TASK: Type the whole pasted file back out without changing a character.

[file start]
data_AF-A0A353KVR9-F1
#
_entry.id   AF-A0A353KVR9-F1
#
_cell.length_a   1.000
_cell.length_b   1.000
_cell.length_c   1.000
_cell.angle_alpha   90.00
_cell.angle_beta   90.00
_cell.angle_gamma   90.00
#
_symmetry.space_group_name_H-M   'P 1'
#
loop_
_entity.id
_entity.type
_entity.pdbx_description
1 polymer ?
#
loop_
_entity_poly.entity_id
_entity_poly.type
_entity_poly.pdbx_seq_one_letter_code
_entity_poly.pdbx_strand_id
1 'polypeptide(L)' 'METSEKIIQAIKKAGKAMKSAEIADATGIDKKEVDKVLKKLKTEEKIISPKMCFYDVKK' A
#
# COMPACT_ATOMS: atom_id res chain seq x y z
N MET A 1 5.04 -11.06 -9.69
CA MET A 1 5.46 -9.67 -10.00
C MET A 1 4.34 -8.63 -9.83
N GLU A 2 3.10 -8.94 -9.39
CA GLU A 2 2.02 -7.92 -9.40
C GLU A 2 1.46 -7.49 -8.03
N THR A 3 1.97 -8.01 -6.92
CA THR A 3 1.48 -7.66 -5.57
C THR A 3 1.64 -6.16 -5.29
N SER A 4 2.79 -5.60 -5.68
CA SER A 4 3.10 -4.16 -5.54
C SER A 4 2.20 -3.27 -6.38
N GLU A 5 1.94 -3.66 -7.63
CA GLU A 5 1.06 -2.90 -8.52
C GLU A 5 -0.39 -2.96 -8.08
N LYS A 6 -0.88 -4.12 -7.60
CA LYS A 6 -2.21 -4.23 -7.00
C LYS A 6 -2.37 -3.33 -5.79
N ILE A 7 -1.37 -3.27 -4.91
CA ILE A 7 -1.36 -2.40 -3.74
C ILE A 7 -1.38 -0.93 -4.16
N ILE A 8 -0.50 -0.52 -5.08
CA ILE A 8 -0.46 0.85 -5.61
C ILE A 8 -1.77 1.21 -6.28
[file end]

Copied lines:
data_AF-A0A353KVR9-F1
#
_entry.id   AF-A0A353KVR9-F1
#
_cell.length_a   1.000
_cell.length_b   1.000
_cell.length_c   1.000
_cell.angle_alpha   90.00
_cell.angle_beta   90.00
_cell.angle_gamma   90.00
#
_symmetry.space_group_name_H-M   'P 1'
#
loop_
_entity.id
_entity.type
_entity.pdbx_description
1 polymer ?
#
loop_
_entity_poly.entity_id
_entity_poly.type
_entity_poly.pdbx_seq_one_letter_code
_entity_poly.pdbx_strand_id
1 'polypeptide(L)' 'METSEKIIQAIKKAGKAMKSAEIADATGIDKKEVDKVLKKLKTEEKIISPKMCFYDVKK' A
#
# COMPACT_ATOMS: atom_id res chain seq x y z
N MET A 1 5.04 -11.06 -9.69
CA MET A 1 5.46 -9.67 -10.00
C MET A 1 4.34 -8.63 -9.83
N GLU A 2 3.10 -8.94 -9.39
CA GLU A 2 2.02 -7.92 -9.40
C GLU A 2 1.46 -7.49 -8.03
N THR A 3 1.97 -8.01 -6.92
CA THR A 3 1.48 -7.66 -5.57
C THR A 3 1.64 -6.16 -5.29
N SER A 4 2.79 -5.60 -5.68
CA SER A 4 3.10 -4.16 -5.54
C SER A 4 2.20 -3.27 -6.38
N GLU A 5 1.94 -3.66 -7.63
CA GLU A 5 1.06 -2.90 -8.52
C GLU A 5 -0.39 -2.96 -8.08
N LYS A 6 -0.88 -4.12 -7.60
CA LYS A 6 -2.21 -4.23 -7.00
C LYS A 6 -2.37 -3.33 -5.79
N ILE A 7 -1.37 -3.27 -4.91
CA ILE A 7 -1.36 -2.40 -3.74
C ILE A 7 -1.38 -0.93 -4.16
N ILE A 8 -0.50 -0.52 -5.08
CA ILE A 8 -0.46 0.85 -5.61
C ILE A 8 -1.77 1.21 -6.28